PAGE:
Ministers watch data as studies find Omicron less severe than Delta

·3-min read
Ministers watch data as studies find Omicron less severe than Delta

The government says it is monitoring Covid data after early studies found the Omicron variant may cause milder illness than the Delta variant.

Research from Imperial College London indicates that people with PCR-confirmed Omicron are 15 to 20% less likely to need admission to hospital, and 40 to 45 per cent less likely to require a stay of one night or more.

Scientists in a separate Scotland-wide study called Early Pandemic Evaluation and Enhanced Surveillance of Covid-19 have said Omicron is associated with a two-thirds reduction in the risk of hospitalisation compared with Delta.

However, researchers have added that although Omicron appears less severe, it is more transmissible partly because the current crop of coronavirus vaccines are less effective against it.

Boris Johnson has ruled out any more restrictions in England before Christmas.

In an article for the Sun, the Prime Minister urged people to take caution as they met friends and family.

“This Christmas, I urge everyone across the UK to take extra special care to protect yourselves and your families against Covid.

“The Omicron variant continues to surge across the country faster than anything we have seen before.”

He reiterated earlier pleas for the public to get booster vaccines saying “the most important thing we can all do is to get a jab”.

 (PA Wire)
(PA Wire)

Professor Neil Ferguson, from Imperial College London, said: “Our analysis shows evidence of a moderate reduction in the risk of hospitalisation associated with the Omicron variant compared with the Delta variant.

“However, this appears to be offset by the reduced efficacy of vaccines against infection with the Omicron variant.

“Given the high transmissibility of the Omicron virus, there remains the potential for health services to face increasing demand if Omicron cases continue to grow at the rate that has been seen in recent weeks.”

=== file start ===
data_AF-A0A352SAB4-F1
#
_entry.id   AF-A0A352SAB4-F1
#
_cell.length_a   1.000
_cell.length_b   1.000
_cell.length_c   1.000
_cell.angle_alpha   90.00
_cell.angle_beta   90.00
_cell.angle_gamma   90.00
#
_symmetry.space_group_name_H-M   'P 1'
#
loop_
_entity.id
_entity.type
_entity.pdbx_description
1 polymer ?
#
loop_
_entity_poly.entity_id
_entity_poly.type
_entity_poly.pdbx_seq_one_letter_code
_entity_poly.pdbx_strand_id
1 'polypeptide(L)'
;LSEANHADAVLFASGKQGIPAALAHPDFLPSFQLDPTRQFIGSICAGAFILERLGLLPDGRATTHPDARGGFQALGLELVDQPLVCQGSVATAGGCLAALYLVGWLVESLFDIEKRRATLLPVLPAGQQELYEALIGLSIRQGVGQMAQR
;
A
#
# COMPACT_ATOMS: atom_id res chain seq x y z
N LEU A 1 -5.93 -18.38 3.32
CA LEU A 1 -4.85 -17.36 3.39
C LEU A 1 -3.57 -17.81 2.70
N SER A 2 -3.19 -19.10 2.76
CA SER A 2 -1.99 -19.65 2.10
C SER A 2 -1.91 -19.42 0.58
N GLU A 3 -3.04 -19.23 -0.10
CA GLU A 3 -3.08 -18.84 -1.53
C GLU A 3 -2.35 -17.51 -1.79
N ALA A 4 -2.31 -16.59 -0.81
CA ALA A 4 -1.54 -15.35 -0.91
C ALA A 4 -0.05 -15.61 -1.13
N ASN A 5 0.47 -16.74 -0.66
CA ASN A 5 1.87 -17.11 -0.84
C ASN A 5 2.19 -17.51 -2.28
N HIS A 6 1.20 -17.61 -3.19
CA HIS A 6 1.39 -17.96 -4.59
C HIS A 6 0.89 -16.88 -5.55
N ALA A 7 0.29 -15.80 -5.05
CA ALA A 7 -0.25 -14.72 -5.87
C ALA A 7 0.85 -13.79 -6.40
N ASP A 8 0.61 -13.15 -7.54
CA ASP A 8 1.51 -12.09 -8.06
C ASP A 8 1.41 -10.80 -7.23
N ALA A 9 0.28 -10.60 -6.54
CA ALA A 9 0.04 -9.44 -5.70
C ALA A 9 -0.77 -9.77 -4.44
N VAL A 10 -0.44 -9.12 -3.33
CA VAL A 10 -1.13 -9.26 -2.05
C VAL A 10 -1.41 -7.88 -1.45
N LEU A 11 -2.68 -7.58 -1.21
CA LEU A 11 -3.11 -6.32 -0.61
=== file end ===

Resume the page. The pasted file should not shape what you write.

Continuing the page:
The Imperial study, which has not yet been peer-reviewed, was based on PCR-confirmed coronavirus cases among both vaccinated and unvaccinated people recorded in England between December 1 and 14.

This sample included 56,000 Omicron cases and 269,000 Delta cases.

Dr Jim McMenamin, the national Covid-19 incident director for Public Health Scotland labelled the findings of the Scotland study another “qualified good news story”, but said that it was “important we don’t get ahead of ourselves”.

He said: “The potentially serious impact of Omicron on a population cannot be underestimated.

“A smaller proportion of a much greater number of cases that might ultimately require treatment can still mean a substantial number of people who may experience severe Covid infections that could lead to potential hospitalisation.”

Authors of the Scotland paper, which is yet to be peer reviewed, said if Omicron had been like the Delta variant in Scotland they would have seen around 47 people in hospital suffering from the virus but, so far, there are only 15.

Professor Mark Woolhouse, of the University of Edinburgh, said the data is heavily caveated because it is based on a small number of cases which did not include many people aged over 65.

The Omicron strain is now the dominant type of virus in Scotland, with cases of the variant surging across the United Kingdom.

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